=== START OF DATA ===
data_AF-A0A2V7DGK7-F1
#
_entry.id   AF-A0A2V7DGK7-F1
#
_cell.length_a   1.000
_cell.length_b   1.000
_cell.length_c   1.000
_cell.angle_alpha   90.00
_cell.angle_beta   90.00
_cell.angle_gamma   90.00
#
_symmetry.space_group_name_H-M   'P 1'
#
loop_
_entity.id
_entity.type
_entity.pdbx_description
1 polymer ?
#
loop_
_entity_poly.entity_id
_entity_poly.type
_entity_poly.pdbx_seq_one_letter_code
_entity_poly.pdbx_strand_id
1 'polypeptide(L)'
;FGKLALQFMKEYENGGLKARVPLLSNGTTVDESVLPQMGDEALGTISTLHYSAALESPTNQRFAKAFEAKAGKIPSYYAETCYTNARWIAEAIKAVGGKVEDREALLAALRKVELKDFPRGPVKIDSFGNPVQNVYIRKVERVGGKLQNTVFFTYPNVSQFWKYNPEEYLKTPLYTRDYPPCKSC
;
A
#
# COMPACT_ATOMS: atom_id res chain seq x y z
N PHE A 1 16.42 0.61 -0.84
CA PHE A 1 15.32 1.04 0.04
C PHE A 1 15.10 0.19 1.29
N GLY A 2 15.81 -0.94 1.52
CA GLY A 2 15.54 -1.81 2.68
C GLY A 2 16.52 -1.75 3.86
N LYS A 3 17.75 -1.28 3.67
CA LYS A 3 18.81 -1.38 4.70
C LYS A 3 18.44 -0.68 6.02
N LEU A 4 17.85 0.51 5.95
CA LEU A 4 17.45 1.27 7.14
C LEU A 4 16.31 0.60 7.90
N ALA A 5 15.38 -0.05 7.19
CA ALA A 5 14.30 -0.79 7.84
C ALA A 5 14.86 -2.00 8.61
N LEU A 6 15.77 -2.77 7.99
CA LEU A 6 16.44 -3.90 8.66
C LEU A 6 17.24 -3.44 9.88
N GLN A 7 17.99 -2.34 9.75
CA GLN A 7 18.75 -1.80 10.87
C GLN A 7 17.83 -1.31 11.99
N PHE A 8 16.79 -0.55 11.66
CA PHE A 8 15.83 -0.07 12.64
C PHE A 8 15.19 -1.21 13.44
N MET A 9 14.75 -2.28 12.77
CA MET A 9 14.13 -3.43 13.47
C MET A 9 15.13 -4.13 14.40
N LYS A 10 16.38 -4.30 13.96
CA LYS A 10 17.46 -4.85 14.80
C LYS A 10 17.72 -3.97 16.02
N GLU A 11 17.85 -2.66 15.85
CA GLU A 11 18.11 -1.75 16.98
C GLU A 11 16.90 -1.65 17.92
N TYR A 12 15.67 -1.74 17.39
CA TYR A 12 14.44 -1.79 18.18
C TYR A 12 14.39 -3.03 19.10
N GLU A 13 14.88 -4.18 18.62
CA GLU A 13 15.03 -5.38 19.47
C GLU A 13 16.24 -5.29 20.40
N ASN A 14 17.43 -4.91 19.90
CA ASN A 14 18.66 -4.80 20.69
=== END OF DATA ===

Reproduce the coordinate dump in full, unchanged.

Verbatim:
data_AF-A0A2V7DGK7-F1
#
_entry.id   AF-A0A2V7DGK7-F1
#
_cell.length_a   1.000
_cell.length_b   1.000
_cell.length_c   1.000
_cell.angle_alpha   90.00
_cell.angle_beta   90.00
_cell.angle_gamma   90.00
#
_symmetry.space_group_name_H-M   'P 1'
#
loop_
_entity.id
_entity.type
_entity.pdbx_description
1 polymer ?
#
loop_
_entity_poly.entity_id
_entity_poly.type
_entity_poly.pdbx_seq_one_letter_code
_entity_poly.pdbx_strand_id
1 'polypeptide(L)'
;FGKLALQFMKEYENGGLKARVPLLSNGTTVDESVLPQMGDEALGTISTLHYSAALESPTNQRFAKAFEAKAGKIPSYYAETCYTNARWIAEAIKAVGGKVEDREALLAALRKVELKDFPRGPVKIDSFGNPVQNVYIRKVERVGGKLQNTVFFTYPNVSQFWKYNPEEYLKTPLYTRDYPPCKSC
;
A
#
# COMPACT_ATOMS: atom_id res chain seq x y z
N PHE A 1 16.42 0.61 -0.84
CA PHE A 1 15.32 1.04 0.04
C PHE A 1 15.10 0.19 1.29
N GLY A 2 15.81 -0.94 1.52
CA GLY A 2 15.54 -1.81 2.68
C GLY A 2 16.52 -1.75 3.86
N LYS A 3 17.75 -1.28 3.67
CA LYS A 3 18.81 -1.38 4.70
C LYS A 3 18.44 -0.68 6.02
N LEU A 4 17.85 0.51 5.95
CA LEU A 4 17.45 1.27 7.14
C LEU A 4 16.31 0.60 7.90
N ALA A 5 15.38 -0.05 7.19
CA ALA A 5 14.30 -0.79 7.84
C ALA A 5 14.86 -2.00 8.61
N LEU A 6 15.77 -2.77 7.99
CA LEU A 6 16.44 -3.90 8.66
C LEU A 6 17.24 -3.44 9.88
N GLN A 7 17.99 -2.34 9.75
CA GLN A 7 18.75 -1.80 10.87
C GLN A 7 17.83 -1.31 11.99
N PHE A 8 16.79 -0.55 11.66
CA PHE A 8 15.83 -0.07 12.64
C PHE A 8 15.19 -1.21 13.44
N MET A 9 14.75 -2.28 12.77
CA MET A 9 14.13 -3.43 13.47
C MET A 9 15.13 -4.13 14.40
N LYS A 10 16.38 -4.30 13.96
CA LYS A 10 17.46 -4.85 14.80
C LYS A 10 17.72 -3.97 16.02
N GLU A 11 17.85 -2.66 15.85
CA GLU A 11 18.11 -1.75 16.98
C GLU A 11 16.90 -1.65 17.92
N TYR A 12 15.67 -1.74 17.39
CA TYR A 12 14.44 -1.79 18.18
C TYR A 12 14.39 -3.03 19.10
N GLU A 13 14.88 -4.18 18.62
CA GLU A 13 15.03 -5.38 19.47
C GLU A 13 16.24 -5.29 20.40
N ASN A 14 17.43 -4.91 19.90
CA ASN A 14 18.66 -4.80 20.69